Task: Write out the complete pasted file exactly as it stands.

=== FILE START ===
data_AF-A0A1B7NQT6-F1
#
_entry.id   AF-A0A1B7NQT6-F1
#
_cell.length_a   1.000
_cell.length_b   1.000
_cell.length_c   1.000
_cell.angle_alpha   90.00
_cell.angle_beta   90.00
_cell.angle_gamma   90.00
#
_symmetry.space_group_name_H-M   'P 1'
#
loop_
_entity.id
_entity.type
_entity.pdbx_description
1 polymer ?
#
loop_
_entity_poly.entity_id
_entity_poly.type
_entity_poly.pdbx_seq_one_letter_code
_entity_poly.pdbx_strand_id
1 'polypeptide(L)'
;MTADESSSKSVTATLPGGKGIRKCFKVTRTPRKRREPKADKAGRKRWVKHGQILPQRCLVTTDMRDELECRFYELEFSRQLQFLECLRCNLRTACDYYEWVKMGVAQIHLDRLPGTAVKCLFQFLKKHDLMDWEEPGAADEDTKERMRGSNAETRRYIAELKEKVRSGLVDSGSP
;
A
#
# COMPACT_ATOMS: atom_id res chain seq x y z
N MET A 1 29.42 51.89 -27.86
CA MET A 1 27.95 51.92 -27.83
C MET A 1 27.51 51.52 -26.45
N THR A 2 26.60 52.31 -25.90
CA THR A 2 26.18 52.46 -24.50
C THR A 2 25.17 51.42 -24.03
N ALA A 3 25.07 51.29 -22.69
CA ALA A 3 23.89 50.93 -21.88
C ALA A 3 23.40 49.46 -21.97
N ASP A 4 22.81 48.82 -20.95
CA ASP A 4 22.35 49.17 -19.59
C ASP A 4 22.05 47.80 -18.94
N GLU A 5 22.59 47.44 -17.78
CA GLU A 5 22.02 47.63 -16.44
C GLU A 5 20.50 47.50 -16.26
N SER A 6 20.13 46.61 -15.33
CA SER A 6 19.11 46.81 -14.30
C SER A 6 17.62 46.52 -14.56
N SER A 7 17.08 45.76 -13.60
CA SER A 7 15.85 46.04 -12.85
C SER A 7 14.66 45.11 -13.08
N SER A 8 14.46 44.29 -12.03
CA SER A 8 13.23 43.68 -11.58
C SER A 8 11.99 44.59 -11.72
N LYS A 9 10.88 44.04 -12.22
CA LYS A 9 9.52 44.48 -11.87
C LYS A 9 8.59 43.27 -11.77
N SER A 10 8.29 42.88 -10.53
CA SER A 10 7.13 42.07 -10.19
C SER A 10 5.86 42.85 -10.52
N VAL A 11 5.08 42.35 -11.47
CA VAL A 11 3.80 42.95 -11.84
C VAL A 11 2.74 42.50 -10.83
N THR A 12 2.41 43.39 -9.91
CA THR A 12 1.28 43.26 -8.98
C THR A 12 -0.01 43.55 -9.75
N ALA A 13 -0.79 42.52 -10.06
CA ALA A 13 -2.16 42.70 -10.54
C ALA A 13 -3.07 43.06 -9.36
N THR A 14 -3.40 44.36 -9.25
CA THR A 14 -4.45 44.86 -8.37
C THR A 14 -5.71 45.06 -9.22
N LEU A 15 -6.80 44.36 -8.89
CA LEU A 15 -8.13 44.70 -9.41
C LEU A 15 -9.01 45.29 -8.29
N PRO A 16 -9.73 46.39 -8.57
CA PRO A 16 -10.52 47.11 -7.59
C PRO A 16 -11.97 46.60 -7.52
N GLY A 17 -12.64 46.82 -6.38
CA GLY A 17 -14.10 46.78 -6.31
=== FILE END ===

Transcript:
data_AF-A0A1B7NQT6-F1
#
_entry.id   AF-A0A1B7NQT6-F1
#
_cell.length_a   1.000
_cell.length_b   1.000
_cell.length_c   1.000
_cell.angle_alpha   90.00
_cell.angle_beta   90.00
_cell.angle_gamma   90.00
#
_symmetry.space_group_name_H-M   'P 1'
#
loop_
_entity.id
_entity.type
_entity.pdbx_description
1 polymer ?
#
loop_
_entity_poly.entity_id
_entity_poly.type
_entity_poly.pdbx_seq_one_letter_code
_entity_poly.pdbx_strand_id
1 'polypeptide(L)'
;MTADESSSKSVTATLPGGKGIRKCFKVTRTPRKRREPKADKAGRKRWVKHGQILPQRCLVTTDMRDELECRFYELEFSRQLQFLECLRCNLRTACDYYEWVKMGVAQIHLDRLPGTAVKCLFQFLKKHDLMDWEEPGAADEDTKERMRGSNAETRRYIAELKEKVRSGLVDSGSP
;
A
#
# COMPACT_ATOMS: atom_id res chain seq x y z
N MET A 1 29.42 51.89 -27.86
CA MET A 1 27.95 51.92 -27.83
C MET A 1 27.51 51.52 -26.45
N THR A 2 26.60 52.31 -25.90
CA THR A 2 26.18 52.46 -24.50
C THR A 2 25.17 51.42 -24.03
N ALA A 3 25.07 51.29 -22.69
CA ALA A 3 23.89 50.93 -21.88
C ALA A 3 23.40 49.46 -21.97
N ASP A 4 22.81 48.82 -20.95
CA ASP A 4 22.35 49.17 -19.59
C ASP A 4 22.05 47.80 -18.94
N GLU A 5 22.59 47.44 -17.78
CA GLU A 5 22.02 47.63 -16.44
C GLU A 5 20.50 47.50 -16.26
N SER A 6 20.13 46.61 -15.33
CA SER A 6 19.11 46.81 -14.30
C SER A 6 17.62 46.52 -14.56
N SER A 7 17.08 45.76 -13.60
CA SER A 7 15.85 46.04 -12.85
C SER A 7 14.66 45.11 -13.08
N SER A 8 14.46 44.29 -12.03
CA SER A 8 13.23 43.68 -11.58
C SER A 8 11.99 44.59 -11.72
N LYS A 9 10.88 44.04 -12.22
CA LYS A 9 9.52 44.48 -11.87
C LYS A 9 8.59 43.27 -11.77
N SER A 10 8.29 42.88 -10.53
CA SER A 10 7.13 42.07 -10.19
C SER A 10 5.86 42.85 -10.52
N VAL A 11 5.08 42.35 -11.47
CA VAL A 11 3.80 42.95 -11.84
C VAL A 11 2.74 42.50 -10.83
N THR A 12 2.41 43.39 -9.91
CA THR A 12 1.28 43.26 -8.98
C THR A 12 -0.01 43.55 -9.75
N ALA A 13 -0.79 42.52 -10.06
CA ALA A 13 -2.16 42.70 -10.54
C ALA A 13 -3.07 43.06 -9.36
N THR A 14 -3.40 44.36 -9.25
CA THR A 14 -4.45 44.86 -8.37
C THR A 14 -5.71 45.06 -9.22
N LEU A 15 -6.80 44.36 -8.89
CA LEU A 15 -8.13 44.70 -9.41
C LEU A 15 -9.01 45.29 -8.29
N PRO A 16 -9.73 46.39 -8.57
CA PRO A 16 -10.52 47.11 -7.59
C PRO A 16 -11.97 46.60 -7.52
N GLY A 17 -12.64 46.82 -6.38
CA GLY A 17 -14.10 46.78 -6.31